We’re now getting reports of no offers at other firms. Two examples are after the jump. But tell us what you are hearing in the comments or send it into firstname.lastname@example.org.
According to the San Mateo County Times, [Glad] had stopped to pick up some delicious Girl Scout cookies. But in his excitement to get his Samoa and Thin Mint fix, he neglected to shift his car into park. His Lexus then rolled into the cookie table. The car pinned Girl Scout mother, Holly Rogers, to a wall, causing her to lose her leg. Her daughter, then 6, suffered multiple leg fractures.
Did we mention that Glad had parked in a disabled spot? And that he was on prescription painkiller OxyContin on the day of the accident?
* Maybe this dude thought that displaying the mental aptitude of child would make it okay for him to look at pictures of naked children. He was wrong. [Roll On Friday]
* Facebook — good for cheaters and divorce attorneys. [Long Island Press]
* If you want to shoot at beautiful wild animals for “sport,” there’s a lawyer willing to help you. [Legal Blog Watch]
* Maryland’s chief Public Defender might want to get an employment lawyer. [Underdog]
* Are “wimpy local counsels” out for themselves more than their clients? [What About Paris?]
* If you take away the color of her skin, is Sonia Sotomayor still “diverse”? [Blackbook Legal]
* Notes from the late Justice Rehnquist’s poker buddy. [BLT: Blog of the Legal Times]
* Open Letter to VH-1: Please familiarize yourselves with the term “vetting.” That is all. [Popsquire]
* More about skanks, from Kash! [True/Slant]
If you are considering a virtual law practice, you know that many of today’s solo firms started that way. But why are established, multi-attorney law firms going virtual?
Many small firms are successfully moving part—or even all—of their practice to a virtual setting. This even includes multi-jurisdictional practice spanning several states and practice areas, although solo and small partnerships are still the largest adopters of virtual law.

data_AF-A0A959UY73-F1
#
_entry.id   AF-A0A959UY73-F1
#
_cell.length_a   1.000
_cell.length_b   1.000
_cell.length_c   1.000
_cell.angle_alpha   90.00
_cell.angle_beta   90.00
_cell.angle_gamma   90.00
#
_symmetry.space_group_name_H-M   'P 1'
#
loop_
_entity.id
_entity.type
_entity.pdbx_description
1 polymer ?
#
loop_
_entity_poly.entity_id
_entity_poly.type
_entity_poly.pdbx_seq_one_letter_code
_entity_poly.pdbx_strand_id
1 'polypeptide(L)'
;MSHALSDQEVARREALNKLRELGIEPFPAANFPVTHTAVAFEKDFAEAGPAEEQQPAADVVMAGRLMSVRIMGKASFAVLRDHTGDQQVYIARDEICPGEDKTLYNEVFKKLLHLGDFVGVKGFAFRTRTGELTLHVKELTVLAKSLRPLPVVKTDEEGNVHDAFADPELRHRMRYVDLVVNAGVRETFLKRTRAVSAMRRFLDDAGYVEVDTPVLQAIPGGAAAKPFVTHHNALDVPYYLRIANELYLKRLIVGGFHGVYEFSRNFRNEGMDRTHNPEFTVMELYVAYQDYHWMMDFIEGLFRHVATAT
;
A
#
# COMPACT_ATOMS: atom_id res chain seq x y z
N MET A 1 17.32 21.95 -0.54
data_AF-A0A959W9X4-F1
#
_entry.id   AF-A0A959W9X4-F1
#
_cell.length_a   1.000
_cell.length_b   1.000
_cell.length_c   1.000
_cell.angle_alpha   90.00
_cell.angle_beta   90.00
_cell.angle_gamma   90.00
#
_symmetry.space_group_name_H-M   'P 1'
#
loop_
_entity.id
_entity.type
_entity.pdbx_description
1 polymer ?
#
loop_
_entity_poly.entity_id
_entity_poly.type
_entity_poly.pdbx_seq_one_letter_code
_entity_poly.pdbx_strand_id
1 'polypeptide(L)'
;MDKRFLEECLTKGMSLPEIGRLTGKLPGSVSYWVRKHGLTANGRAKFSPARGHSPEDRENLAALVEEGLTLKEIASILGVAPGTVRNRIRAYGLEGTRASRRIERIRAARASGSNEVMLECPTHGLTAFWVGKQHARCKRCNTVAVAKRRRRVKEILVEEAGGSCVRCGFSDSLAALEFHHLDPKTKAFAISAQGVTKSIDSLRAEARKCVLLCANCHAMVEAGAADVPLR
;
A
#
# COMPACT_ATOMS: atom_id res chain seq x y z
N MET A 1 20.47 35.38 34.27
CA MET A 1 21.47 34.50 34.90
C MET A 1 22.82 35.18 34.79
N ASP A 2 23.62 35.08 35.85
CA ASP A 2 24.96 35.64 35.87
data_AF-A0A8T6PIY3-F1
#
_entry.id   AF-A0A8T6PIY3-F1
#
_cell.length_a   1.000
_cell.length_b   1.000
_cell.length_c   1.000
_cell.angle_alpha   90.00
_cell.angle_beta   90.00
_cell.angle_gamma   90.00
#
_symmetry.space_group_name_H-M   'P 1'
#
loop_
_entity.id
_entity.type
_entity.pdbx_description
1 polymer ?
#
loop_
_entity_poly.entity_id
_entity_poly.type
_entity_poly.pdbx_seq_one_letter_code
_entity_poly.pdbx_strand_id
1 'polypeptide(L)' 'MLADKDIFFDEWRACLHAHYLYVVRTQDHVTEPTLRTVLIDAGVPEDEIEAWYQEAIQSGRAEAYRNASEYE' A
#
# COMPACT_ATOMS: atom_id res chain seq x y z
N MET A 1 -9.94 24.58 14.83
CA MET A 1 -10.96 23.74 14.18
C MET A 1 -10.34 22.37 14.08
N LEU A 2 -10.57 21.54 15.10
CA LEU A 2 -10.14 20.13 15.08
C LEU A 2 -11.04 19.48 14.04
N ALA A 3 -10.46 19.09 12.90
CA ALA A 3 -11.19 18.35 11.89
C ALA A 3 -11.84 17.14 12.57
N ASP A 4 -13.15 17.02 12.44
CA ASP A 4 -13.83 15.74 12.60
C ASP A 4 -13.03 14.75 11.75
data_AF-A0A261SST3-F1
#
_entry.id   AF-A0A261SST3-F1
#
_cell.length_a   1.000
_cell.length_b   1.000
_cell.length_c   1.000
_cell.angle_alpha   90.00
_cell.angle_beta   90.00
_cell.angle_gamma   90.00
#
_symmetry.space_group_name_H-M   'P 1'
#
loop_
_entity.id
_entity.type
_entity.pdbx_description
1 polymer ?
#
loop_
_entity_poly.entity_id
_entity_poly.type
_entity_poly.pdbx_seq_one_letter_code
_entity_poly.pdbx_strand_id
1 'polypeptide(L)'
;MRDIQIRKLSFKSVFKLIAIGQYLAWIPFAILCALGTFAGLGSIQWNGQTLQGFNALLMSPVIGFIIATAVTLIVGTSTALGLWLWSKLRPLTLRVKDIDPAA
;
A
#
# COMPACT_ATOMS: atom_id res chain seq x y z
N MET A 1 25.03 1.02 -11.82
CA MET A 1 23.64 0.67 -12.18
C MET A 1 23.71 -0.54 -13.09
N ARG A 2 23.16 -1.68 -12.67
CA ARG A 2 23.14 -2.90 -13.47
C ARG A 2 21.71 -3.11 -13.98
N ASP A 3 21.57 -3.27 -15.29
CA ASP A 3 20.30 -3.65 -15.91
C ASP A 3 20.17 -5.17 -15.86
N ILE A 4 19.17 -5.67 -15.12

Can you do the same? The new article Mobile in Practice, Virtual by Design from author Jared Correia, Esq., explores how mobile technology bring real-life benefits to a small law firm. Read this new article—the next in Thomson Reuters’ Independent Thinking series for small firms—to explore how a mobile practice:
Reduces malpractice risk
Enables you to gather the best attorneys to fit the firm, regardless of each person’s geographic location
Leverages mobile devices and cloud technology to enable on-the-spot client and prospect communication
Transitioning in-house is something many (if not most) firm lawyers find themselves considering at some point. For many, it’s the first step in their career that isn’t simply a function of picking the best option available based on a ranking system.
Unknown territory feels high-risk, and can have the effect of steering many of us towards the well-greased channels into large, established companies.
For those who may be open to something more entrepreneurial, there is far less information available. No recruiter is calling every week with offers and details.
In sponsorship with Betterment, ATL and David Lat will moderate a panel about life in-house and we’ll hear from GCs at Birchbox, Gawker Media, Squarespace, Bonobos, and Betterment. Drinks, snacks, networking, and a great time guaranteed. Invite your colleagues, but RSVP fast, as space is limited.
Ed. note: The Asia Chronicles column is authored by Kinney Recruiting. Kinney has made more placements of U.S. associates, counsels and partners in Asia than any other recruiting firm in each of the past seven years. You can reach them by email: email@example.com.
It’s that time of year again when JDs are starting to apply for 2L summer jobs and 2L summers are deciding which practice area to focus on.
For those JDs with an interest in potentially lateraling to or transferring to Asia in the future, please feel free to reach out to Kinney for advice on firm choices, interviewing and practice choices, relating to future marketability in Asia, or for a general discussion on your particular Asia markets of interest. This is of course a free of cost service for those who some years in the future may be our future industry contacts or perhaps even clients.
For some years now Kinney’s Asia head, Evan Jowers, has been formally advising Harvard Law students with such questions, as the Asia expert in Harvard Law’s “Ask The Experts Market Program” each summer and fall, with podcasts and scheduled phone calls. This has been an enjoyable and productive experience for all involved.